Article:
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Lindh seeks sentence reduction

Taliban American cites Hamdi case

From Kevin Bohn
Washington Bureau

John Walker Lindh pleaded guilty to aiding the Taliban in 2002.
• Case history: U.S. v. John Walker Lindh (FindLaw)external link
John Walker Lindh
Crime, Law and Justice

WASHINGTON (CNN) -- Attorneys for John Walker Lindh, who pleaded guilty in July 2002 to a charge of aiding the Taliban, are asking President Bush to reduce his 20-year prison sentence.

The attorneys argue the cases of Lindh and Yaser Hamdi, both captured by the U.S.-allied Northern Alliance after fighting with the Taliban, are comparable in many ways and the two men should receive equal punishment.

While Hamdi was designated an "enemy combatant" and held by the U.S. military without ever facing charges, Lindh was brought back to the United States and put into the criminal justice system.

Lindh originally also faced charges of conspiracy to murder U.S. nationals and providing material support to terrorists, but they were dropped as part of the plea deal.

U.S. officials have said the government has its reasons for decisions about how to deal with different detainees.

While Lindh's attorneys argue neither he nor Hamdi fought against American troops, the government has alleged both were captured while fighting alongside Taliban forces after the U.S. invasion of Afghanistan.

It is "basically unfair" to have Lindh serve the remainder of his 20-year sentence, his attorney, James Brosnahan, said during a news conference in San Francisco. He argued that his client got a tougher plea bargain sentence than other defendants who have reached deals with the Justice Department.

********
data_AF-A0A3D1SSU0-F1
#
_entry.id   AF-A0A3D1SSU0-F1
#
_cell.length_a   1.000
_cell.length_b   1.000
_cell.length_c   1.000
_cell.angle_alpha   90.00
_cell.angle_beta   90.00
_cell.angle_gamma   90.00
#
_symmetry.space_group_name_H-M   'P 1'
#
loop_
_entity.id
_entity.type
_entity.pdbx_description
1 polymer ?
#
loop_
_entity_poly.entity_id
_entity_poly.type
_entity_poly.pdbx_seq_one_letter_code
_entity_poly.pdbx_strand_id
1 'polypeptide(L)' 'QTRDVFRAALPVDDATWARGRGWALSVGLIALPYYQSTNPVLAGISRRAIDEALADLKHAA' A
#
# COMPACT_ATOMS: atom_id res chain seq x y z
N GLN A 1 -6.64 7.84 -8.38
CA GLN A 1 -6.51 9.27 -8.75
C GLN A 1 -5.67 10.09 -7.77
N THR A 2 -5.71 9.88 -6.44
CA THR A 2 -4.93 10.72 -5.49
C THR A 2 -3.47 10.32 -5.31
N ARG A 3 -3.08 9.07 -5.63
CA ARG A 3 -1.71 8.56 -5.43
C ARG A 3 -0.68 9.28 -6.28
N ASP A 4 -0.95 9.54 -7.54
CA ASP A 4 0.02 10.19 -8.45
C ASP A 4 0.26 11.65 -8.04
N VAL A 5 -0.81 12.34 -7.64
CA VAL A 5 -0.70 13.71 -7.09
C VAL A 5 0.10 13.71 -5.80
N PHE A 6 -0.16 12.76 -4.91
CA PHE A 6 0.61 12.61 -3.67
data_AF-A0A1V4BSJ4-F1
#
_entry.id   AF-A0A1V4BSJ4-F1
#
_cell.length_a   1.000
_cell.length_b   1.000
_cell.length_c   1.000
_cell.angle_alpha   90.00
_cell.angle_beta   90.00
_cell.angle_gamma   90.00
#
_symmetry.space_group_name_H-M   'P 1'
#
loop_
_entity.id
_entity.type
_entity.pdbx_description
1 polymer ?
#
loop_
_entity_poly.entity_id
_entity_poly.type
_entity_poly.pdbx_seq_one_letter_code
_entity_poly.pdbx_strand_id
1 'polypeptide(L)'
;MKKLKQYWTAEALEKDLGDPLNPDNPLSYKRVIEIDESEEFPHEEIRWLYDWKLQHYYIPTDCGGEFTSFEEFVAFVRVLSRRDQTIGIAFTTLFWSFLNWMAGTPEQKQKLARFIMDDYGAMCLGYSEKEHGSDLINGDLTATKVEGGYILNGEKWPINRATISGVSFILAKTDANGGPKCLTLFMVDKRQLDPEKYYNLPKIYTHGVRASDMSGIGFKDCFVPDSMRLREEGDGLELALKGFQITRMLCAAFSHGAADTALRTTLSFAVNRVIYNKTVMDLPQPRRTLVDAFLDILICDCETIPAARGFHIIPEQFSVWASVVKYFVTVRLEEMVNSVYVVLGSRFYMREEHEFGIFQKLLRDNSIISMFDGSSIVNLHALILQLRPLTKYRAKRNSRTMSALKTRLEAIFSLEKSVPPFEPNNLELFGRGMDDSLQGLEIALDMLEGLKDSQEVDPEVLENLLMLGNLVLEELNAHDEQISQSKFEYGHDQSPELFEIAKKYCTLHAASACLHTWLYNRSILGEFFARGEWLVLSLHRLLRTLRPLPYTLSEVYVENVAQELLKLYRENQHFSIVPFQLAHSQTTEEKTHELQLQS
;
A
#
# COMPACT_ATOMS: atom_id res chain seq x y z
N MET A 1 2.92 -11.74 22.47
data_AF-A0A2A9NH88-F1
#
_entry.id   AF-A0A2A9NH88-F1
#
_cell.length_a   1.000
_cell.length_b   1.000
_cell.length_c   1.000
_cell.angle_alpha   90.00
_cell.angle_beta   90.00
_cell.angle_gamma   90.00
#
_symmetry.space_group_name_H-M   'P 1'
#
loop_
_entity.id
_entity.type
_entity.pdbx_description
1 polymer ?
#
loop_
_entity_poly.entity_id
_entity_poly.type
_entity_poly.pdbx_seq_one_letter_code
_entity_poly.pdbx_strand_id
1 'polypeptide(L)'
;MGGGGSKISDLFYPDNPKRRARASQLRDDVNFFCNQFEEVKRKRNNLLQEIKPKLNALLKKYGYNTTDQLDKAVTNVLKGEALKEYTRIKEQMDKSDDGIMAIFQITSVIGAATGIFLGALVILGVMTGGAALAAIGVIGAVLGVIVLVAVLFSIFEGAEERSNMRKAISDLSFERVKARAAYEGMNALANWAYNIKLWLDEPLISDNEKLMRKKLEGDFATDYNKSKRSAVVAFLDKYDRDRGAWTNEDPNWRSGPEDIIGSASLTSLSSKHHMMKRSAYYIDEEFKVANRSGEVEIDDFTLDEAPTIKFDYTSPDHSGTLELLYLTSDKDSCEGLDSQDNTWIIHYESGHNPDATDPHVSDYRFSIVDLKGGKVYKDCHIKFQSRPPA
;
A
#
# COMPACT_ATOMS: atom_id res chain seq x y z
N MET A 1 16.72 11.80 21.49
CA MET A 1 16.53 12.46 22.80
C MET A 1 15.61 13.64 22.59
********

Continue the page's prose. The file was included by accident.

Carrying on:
He said he is not asking for a specific time reduction, but indicated a three-year sentence, the same general amount of time Hamdi has been held, would be appropriate.

"I don't consider it a long shot," Brosnahan said of the request, which is going to the White House as well as the Justice Department.

There was no immediate comment from the White House or Justice Department.

Attorneys for Hamdi and the U.S. government last week announced an agreement under which he would be released from U.S. custody and sent back to his native Saudi Arabia without ever facing any formal charges. (Full story)

Hamdi, who has to agree to give up his U.S. citizenship and has to abide by a set of travel restrictions, is expected to leave the United States as soon as this week.

Hamdi was born in Louisiana in 1980, but his family moved back to Saudi Arabia while he was a youngster

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